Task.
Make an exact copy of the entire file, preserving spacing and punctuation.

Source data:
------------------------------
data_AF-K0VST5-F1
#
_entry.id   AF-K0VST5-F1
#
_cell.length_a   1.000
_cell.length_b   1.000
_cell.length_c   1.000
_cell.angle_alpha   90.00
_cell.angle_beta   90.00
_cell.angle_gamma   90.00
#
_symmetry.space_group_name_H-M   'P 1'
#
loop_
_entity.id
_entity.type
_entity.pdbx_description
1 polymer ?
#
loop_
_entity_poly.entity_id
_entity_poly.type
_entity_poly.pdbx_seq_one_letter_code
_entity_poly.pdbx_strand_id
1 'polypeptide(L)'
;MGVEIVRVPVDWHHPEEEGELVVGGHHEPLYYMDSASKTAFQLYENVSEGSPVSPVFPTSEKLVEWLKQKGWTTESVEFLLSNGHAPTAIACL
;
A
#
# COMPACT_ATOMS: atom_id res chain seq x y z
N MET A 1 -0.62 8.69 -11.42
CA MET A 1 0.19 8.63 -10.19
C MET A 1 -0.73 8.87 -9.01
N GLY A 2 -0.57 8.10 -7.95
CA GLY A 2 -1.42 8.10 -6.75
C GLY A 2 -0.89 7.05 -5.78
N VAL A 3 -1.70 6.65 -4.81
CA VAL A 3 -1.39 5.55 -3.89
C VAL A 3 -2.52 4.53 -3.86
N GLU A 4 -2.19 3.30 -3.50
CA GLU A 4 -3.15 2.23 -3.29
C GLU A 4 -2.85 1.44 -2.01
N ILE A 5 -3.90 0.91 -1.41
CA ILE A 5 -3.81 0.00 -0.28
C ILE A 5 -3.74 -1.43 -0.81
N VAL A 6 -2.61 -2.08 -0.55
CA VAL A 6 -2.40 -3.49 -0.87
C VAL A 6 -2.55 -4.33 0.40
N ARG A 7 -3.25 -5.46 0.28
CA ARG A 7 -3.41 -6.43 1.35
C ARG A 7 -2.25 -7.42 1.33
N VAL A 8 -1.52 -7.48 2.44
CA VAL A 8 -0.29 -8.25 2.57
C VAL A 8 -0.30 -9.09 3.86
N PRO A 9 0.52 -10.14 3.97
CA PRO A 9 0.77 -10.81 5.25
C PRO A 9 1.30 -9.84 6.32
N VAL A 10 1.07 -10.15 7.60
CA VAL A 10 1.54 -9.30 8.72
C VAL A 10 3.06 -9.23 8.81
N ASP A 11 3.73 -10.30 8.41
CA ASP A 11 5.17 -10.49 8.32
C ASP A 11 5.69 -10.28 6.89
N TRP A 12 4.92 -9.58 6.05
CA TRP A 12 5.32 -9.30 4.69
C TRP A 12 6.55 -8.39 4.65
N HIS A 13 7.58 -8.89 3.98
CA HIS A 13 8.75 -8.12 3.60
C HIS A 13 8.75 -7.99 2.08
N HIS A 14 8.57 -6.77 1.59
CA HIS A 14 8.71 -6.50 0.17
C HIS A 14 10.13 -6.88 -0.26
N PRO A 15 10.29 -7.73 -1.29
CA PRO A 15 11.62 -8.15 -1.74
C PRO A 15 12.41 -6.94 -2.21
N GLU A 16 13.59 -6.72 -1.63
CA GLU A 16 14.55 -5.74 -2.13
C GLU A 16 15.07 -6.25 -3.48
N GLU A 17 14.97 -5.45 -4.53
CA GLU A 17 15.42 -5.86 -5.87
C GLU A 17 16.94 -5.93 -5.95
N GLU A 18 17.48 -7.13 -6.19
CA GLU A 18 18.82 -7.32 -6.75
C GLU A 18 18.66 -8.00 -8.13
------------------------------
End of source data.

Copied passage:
data_AF-K0VST5-F1
#
_entry.id   AF-K0VST5-F1
#
_cell.length_a   1.000
_cell.length_b   1.000
_cell.length_c   1.000
_cell.angle_alpha   90.00
_cell.angle_beta   90.00
_cell.angle_gamma   90.00
#
_symmetry.space_group_name_H-M   'P 1'
#
loop_
_entity.id
_entity.type
_entity.pdbx_description
1 polymer ?
#
loop_
_entity_poly.entity_id
_entity_poly.type
_entity_poly.pdbx_seq_one_letter_code
_entity_poly.pdbx_strand_id
1 'polypeptide(L)'
;MGVEIVRVPVDWHHPEEEGELVVGGHHEPLYYMDSASKTAFQLYENVSEGSPVSPVFPTSEKLVEWLKQKGWTTESVEFLLSNGHAPTAIACL
;
A
#
# COMPACT_ATOMS: atom_id res chain seq x y z
N MET A 1 -0.62 8.69 -11.42
CA MET A 1 0.19 8.63 -10.19
C MET A 1 -0.73 8.87 -9.01
N GLY A 2 -0.57 8.10 -7.95
CA GLY A 2 -1.42 8.10 -6.75
C GLY A 2 -0.89 7.05 -5.78
N VAL A 3 -1.70 6.65 -4.81
CA VAL A 3 -1.39 5.55 -3.89
C VAL A 3 -2.52 4.53 -3.86
N GLU A 4 -2.19 3.30 -3.50
CA GLU A 4 -3.15 2.23 -3.29
C GLU A 4 -2.85 1.44 -2.01
N ILE A 5 -3.90 0.91 -1.41
CA ILE A 5 -3.81 0.00 -0.28
C ILE A 5 -3.74 -1.43 -0.81
N VAL A 6 -2.61 -2.08 -0.55
CA VAL A 6 -2.40 -3.49 -0.87
C VAL A 6 -2.55 -4.33 0.40
N ARG A 7 -3.25 -5.46 0.28
CA ARG A 7 -3.41 -6.43 1.35
C ARG A 7 -2.25 -7.42 1.33
N VAL A 8 -1.52 -7.48 2.44
CA VAL A 8 -0.29 -8.25 2.57
C VAL A 8 -0.30 -9.09 3.86
N PRO A 9 0.52 -10.14 3.97
CA PRO A 9 0.77 -10.81 5.25
C PRO A 9 1.30 -9.84 6.32
N VAL A 10 1.07 -10.15 7.60
CA VAL A 10 1.54 -9.30 8.72
C VAL A 10 3.06 -9.23 8.81
N ASP A 11 3.73 -10.30 8.41
CA ASP A 11 5.17 -10.49 8.32
C ASP A 11 5.69 -10.28 6.89
N TRP A 12 4.92 -9.58 6.05
CA TRP A 12 5.32 -9.30 4.69
C TRP A 12 6.55 -8.39 4.65
N HIS A 13 7.58 -8.89 3.98
CA HIS A 13 8.75 -8.12 3.60
C HIS A 13 8.75 -7.99 2.08
N HIS A 14 8.57 -6.77 1.59
CA HIS A 14 8.71 -6.50 0.17
C HIS A 14 10.13 -6.88 -0.26
N PRO A 15 10.29 -7.73 -1.29
CA PRO A 15 11.62 -8.15 -1.74
C PRO A 15 12.41 -6.94 -2.21
N GLU A 16 13.59 -6.72 -1.63
CA GLU A 16 14.55 -5.74 -2.13
C GLU A 16 15.07 -6.25 -3.48
N GLU A 17 14.97 -5.45 -4.53
CA GLU A 17 15.42 -5.86 -5.87
C GLU A 17 16.94 -5.93 -5.95
N GLU A 18 17.48 -7.13 -6.19
CA GLU A 18 18.82 -7.32 -6.75
C GLU A 18 18.66 -8.00 -8.13